1 Feb 2009

Post 102: Being treated to dinner by the Tonbridge guys

OK, so I said Ihad a couple of things I could have yacked about last time so I chose the Pussycat Dolls because I'd seen them the night before but slightly lower key on Monday evening I was taken out very kindly to the Bear ( where else by a couple of my old schoolteachers,the master in charge of rackets John Gibbs, the rackets professional from school (er, what?, I hear you say) the master in charge of squash,John Maynard all organised by my old rackets partner James Pyemont (the guy in the cricket kit in post 88)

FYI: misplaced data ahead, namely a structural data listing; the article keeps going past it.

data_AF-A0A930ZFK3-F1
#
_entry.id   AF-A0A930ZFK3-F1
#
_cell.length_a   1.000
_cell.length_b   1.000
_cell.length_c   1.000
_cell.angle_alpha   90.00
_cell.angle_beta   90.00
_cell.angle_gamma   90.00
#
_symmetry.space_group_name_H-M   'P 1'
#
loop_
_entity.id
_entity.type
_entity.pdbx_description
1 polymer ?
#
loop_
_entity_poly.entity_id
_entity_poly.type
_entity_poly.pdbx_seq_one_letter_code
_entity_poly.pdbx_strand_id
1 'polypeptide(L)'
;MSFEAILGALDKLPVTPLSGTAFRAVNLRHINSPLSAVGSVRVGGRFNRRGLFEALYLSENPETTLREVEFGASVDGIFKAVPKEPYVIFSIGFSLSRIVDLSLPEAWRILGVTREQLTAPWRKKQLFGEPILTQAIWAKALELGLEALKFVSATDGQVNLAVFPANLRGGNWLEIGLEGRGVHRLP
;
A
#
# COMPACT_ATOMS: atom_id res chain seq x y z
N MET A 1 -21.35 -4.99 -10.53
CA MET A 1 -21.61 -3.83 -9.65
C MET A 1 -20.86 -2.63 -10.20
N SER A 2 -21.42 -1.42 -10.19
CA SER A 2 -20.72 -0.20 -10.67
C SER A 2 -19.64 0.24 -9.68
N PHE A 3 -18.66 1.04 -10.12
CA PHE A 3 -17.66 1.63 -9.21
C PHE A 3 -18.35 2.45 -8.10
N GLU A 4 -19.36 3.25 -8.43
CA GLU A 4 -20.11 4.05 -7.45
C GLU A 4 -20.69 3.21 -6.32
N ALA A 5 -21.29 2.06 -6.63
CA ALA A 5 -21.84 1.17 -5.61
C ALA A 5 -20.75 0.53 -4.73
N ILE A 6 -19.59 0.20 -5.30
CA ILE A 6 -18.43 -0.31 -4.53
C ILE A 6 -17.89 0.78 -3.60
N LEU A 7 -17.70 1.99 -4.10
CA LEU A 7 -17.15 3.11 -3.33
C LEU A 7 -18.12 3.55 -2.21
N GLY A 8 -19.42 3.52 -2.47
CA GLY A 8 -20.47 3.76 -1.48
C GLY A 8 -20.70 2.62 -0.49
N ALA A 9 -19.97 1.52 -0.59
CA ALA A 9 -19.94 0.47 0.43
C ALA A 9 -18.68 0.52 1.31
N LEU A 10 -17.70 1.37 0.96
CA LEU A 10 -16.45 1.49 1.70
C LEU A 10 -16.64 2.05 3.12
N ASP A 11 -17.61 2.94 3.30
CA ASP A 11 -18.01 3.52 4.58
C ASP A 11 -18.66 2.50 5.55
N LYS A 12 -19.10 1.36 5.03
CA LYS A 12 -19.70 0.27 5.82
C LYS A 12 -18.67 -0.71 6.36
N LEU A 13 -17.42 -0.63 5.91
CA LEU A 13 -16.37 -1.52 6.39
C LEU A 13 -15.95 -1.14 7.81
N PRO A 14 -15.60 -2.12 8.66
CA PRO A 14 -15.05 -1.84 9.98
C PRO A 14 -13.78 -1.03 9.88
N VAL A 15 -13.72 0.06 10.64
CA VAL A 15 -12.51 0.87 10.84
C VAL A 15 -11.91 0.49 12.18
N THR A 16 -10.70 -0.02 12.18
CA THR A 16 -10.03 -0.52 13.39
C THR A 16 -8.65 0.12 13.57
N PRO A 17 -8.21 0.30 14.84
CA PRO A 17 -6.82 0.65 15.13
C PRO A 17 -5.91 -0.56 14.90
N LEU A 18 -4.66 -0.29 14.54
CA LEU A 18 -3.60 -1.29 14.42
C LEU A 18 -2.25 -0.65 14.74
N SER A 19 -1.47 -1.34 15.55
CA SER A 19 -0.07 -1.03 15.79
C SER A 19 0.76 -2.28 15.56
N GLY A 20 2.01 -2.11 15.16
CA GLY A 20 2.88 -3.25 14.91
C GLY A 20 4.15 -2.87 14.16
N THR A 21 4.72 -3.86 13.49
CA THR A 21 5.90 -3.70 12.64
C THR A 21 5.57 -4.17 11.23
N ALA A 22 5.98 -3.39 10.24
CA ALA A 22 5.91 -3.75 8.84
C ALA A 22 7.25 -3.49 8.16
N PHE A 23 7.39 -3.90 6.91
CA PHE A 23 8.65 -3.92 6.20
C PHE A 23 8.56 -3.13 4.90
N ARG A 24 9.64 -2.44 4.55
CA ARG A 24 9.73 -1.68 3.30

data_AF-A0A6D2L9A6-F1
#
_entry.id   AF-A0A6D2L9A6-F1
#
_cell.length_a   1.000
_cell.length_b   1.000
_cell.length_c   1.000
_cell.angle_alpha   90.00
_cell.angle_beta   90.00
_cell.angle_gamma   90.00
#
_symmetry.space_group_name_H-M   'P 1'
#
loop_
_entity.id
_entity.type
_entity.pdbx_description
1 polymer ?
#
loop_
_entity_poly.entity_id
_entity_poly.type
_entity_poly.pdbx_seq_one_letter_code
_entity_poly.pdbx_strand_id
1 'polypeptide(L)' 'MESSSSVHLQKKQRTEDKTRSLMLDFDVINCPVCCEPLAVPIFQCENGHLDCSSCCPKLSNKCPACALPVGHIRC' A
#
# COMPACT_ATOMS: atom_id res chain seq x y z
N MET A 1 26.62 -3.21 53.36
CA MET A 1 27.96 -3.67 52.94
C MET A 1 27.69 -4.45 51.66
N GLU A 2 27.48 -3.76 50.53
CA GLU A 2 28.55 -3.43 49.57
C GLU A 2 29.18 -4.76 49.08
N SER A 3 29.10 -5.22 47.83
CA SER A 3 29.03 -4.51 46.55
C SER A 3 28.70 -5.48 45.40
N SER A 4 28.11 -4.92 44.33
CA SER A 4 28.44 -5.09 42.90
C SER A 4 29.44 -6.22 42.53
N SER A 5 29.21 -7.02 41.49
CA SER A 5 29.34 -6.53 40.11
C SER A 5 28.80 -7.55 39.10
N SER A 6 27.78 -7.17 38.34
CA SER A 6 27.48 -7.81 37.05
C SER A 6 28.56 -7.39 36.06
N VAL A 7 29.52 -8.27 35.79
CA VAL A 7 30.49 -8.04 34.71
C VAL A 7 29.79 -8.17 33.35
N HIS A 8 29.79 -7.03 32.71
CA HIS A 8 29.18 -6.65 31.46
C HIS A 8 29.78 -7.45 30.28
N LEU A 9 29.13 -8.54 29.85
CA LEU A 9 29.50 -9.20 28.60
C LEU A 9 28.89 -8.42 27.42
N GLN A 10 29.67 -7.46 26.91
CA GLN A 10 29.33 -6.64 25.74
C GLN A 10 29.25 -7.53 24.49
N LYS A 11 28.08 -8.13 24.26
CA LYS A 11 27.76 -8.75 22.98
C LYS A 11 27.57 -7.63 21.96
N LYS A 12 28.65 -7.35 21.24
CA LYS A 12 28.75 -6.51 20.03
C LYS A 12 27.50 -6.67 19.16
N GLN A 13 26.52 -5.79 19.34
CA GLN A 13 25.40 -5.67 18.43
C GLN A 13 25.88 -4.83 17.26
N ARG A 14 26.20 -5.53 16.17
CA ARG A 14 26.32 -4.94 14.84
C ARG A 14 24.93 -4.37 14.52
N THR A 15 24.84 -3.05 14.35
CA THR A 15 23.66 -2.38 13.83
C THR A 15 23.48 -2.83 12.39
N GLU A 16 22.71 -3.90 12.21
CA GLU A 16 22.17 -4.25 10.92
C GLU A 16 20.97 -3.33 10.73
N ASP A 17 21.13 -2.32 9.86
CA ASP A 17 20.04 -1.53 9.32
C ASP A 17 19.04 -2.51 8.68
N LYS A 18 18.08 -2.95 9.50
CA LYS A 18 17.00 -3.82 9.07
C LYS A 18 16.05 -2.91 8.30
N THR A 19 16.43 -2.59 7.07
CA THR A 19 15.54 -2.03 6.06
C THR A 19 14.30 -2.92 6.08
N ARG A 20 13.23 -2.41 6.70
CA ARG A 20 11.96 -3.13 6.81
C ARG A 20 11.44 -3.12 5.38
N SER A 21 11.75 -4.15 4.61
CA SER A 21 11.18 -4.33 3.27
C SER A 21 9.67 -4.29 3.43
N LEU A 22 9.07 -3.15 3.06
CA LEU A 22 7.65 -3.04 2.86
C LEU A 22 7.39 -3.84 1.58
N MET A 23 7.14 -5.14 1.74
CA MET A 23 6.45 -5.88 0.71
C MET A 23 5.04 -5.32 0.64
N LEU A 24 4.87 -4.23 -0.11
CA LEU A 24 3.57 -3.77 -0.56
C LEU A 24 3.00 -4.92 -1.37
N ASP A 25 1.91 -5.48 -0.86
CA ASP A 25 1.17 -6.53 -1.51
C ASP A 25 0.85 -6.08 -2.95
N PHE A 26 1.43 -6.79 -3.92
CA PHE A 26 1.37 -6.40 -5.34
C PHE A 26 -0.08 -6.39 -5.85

Let me try and explain. Between the ages of 13 and 18 I was one of the lucky few to have been put through a private school. To pay for it my dad eschewed early retirement and went back to work as an engineer and project director for the building of the new British LibraryThis was particularly heroic because it didn't sound all that pleasant, despite numerous costly and time-consuming blunders by the contractors and a few unhelpful words about the architecture from the spectacularly uneducated future king, all seem happy with the final product, particularly the people who have to use it, the readers. Anyway, I have digressed (again, sigh), the point was dad only did this so he could afford the exorbitant fees at Tonbridge School in Kent.Now, I could wax lyrical about what a great place it was, sure the academic stuff was great and I can attribute a great deal of my academic success to Tonbridge, but, and there was a big but , in order to be considered a big success by your peers academic ability counted for nought, it probably counted against you. In order to be considered a success you had to excel at a major sport, Rugby, Cricket or hockey and being a 5' loud arrogant squit (I grew too late) I didn't have the best start – I hated Rugby and contact sports. I excelled at hand/eye coordination sports like squash and Tennis. At Tonbridge these were minor sports, and didn't count for much with my peers. I took up this game called rackets, partly because I'd been inspired after seeing my mums godson ( a guy called Thorold Barker) play at a tournament at Queens Club in London and because rackets looked like fun. Rackets is an extraordinary sport, not many people in the world play it because there aren't many courts, a few dotted around North America with most in the UK at Public Schools, courts aren't really built these days because of the expense of building them and their sheer size, as a sport it's best described as squash on steroids, A huge black court (4 times the size of a squash court. Everyone has virtually the same wooden racket (still made only by Grays of Cambridge), extremely tightly sprung strings. It is probably the second fastest game in the world (after Pelota), with every game following the rules of squash scoring and it being the first to fifteen points, usually best of 7 games. If both players are pretty pony, rackets can be a pretty poor game but if both players are world class, as I often got to see and sometimes play with/against then it is one of the most amazing games in the world. Luckily, for public schoolboys who play it, it has long been a tradition that the schools with courts employ a rackets professional, Tonbridges, was a guy called Dave Makey, a character whose incredible chat was only matched by the incredibleness of his poodle Perm, what can I say about Dave? Incredibly, he has been the Pro at Tonbridge for 25 years! He has just recently won the world doubles title with a guy he taught how to play at Tonbridge, Rupert Owen-Browne, guy who hits the ball harder than anyone I have ever seen. This was my philosophy when I played, to try and hit it as hard as I could, this only worked sometimes because I neither possessed the size, talent or footwork but by the time I left Tonbridge, I was an above average player, a couple of years later getting into the Oxford teamto play Cambridge at Queens Club in London, yes thats me just to the left of centre in the photo! OK, so having done my best to explain rackets and some of my formative years being taken out and reiniscing with these guys was a very nice surprise, particulary because I'm sure I was an obnxious little bastard sometimes at school. Who knows,i'm probably an obnoxious wheelchair bound bastard now!


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